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1956. PERMISSIBLE EXPOSURE LIMITS (PELS) FOR AIR CONTAMINANTS
Priority: Economically Significant. Major under 5 USC 801.
Unfunded Mandates: This action may affect the private sector under PL 104-4.
Legal Authority: 29 USC 655 (b)
CFR Citation: 29 CFR 1910.1000; 29 CFR 1915.1000; 29 CFR 1917.1(a)(2)(ii); 29 CFR 1918.1(b)(a); 29 CFR 1926.55
Legal Deadline: None
Abstract: OSHA enforces hundreds of permissible exposure limits (PELs) for toxic air contaminants found in U.S. workplaces. Most of the air contaminant limits were adopted by OSHA in 1971 from recommendations issued by the American Conference of Governmental Industrial Hygienists and the American National Standards Institute. These PELs, which have not been updated since 1971, thus reflect the results of research conducted in the 1950s and 1960s. Since then, much new information has become available that indicates that, in many cases, these early limits are outdated and insufficiently protective of worker health.
OSHA believes that establishing a rulemaking approach that will permit the Agency to update existing air contaminant limits and establish new ones as toxicological evidence of the need to do so becomes available is a high priority. OSHA published (61 FR 1947) the name of the 20 substances from which the proposed new PELs for the first update were chosen: carbon disulfide, carbon monoxide, chloroform, dimethyl sulfate, epichlorohydrin, ethylene dichloride, glutaraldehyde, n-hexane, 2-hexanone, hydrazine, hydrogen sulfide, manganese and compounds, mercury and compounds, nitrogen dioxide, perchloroethylene, sulfur dioxide, toluene, toluene diisocyanate, trimellitic anhydride, and vinyl bromide. The specific hazards associated with the air contaminants preliminarily selected for regulation include cancer, neurotoxicity, respiratory and skin irritation and sensitivity, and cardiovascular disease, etc. For this first stage in the current rulemaking process, OSHA has decided to propose new PELs for four chemicals - carbon disulfide, glutaraldehyde, hydrazine, and trimellitic anhydride - that have different adverse health effects, both carcinogenic and non-carcinogenic, requiring different risk assessment approaches. For these four chemicals, OSHA has modified or developed new quantitative risk assessment approaches for cancer, respiratory sensitization and irritation, cardiovascular disease and neurotoxicity effects. Publication of the proposal will allow OSHA to continue to develop a mechanism for updating and extending its air contaminant limits, that will, at the same time, provide added protection to many workers who are currently being overexposed to toxic substances in the workplace.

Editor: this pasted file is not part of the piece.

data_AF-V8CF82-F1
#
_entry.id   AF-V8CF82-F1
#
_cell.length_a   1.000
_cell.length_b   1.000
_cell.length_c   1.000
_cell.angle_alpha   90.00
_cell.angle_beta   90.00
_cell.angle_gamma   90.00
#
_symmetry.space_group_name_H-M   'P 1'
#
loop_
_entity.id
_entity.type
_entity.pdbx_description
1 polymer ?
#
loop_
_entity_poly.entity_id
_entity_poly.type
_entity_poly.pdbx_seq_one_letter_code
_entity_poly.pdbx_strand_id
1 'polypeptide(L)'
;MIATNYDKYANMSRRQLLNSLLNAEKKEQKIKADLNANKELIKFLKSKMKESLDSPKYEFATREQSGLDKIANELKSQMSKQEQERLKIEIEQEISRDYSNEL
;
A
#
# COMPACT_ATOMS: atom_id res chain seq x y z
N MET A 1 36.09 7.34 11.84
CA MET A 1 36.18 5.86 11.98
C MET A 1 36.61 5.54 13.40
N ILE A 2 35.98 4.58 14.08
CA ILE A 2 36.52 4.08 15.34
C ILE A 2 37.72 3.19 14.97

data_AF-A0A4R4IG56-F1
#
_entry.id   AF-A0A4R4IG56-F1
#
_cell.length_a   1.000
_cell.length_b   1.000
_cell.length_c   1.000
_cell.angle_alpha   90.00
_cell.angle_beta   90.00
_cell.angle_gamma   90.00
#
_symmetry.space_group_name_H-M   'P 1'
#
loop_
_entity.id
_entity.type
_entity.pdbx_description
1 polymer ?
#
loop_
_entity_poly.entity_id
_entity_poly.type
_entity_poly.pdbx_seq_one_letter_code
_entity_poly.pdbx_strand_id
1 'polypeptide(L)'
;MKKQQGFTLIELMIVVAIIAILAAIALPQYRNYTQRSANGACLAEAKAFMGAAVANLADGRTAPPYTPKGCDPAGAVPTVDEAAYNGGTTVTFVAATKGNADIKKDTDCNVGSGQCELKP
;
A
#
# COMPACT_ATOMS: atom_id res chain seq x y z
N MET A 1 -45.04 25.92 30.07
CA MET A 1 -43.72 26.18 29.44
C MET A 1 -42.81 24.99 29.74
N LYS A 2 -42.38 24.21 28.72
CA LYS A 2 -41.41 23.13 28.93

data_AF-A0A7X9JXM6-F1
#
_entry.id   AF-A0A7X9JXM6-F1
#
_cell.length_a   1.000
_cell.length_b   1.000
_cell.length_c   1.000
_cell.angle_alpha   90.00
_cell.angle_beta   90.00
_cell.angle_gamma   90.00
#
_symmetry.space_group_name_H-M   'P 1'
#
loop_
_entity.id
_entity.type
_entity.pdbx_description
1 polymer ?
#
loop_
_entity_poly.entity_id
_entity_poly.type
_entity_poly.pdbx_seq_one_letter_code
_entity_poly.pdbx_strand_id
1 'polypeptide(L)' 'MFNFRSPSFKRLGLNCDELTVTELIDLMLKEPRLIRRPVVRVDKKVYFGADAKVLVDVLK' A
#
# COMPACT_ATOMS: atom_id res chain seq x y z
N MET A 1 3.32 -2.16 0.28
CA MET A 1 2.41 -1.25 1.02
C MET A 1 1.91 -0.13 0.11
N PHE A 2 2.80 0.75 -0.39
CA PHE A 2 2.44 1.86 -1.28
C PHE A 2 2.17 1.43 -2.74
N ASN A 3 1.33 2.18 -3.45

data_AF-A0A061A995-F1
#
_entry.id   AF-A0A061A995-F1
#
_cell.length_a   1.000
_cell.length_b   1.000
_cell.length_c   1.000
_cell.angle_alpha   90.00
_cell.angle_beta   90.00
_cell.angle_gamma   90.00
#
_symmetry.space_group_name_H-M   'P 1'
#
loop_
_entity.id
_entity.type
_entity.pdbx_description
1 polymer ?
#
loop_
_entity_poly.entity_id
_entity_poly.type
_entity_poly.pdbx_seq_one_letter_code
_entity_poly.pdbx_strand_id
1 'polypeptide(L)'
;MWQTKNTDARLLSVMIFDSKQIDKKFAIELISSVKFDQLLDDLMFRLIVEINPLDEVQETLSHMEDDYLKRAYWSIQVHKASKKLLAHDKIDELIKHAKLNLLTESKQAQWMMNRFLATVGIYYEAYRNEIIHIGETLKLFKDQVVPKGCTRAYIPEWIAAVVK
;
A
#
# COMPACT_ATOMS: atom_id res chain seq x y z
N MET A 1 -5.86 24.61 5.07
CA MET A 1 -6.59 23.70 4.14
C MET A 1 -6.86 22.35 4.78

Regulatory Flexibility Analysis Required: No
Government Levels Affected: Undetermined
Agency Contact: Marthe B. Kent, Acting Director, Directorate of Health Standards Programs, Department of Labor, Occupational Safety and Health Administration, Room N3718, 200 Constitution Avenue NW, FP Building, Washington, DC 20210
Phone: 202 693-1950
Fax: 202 693-1678
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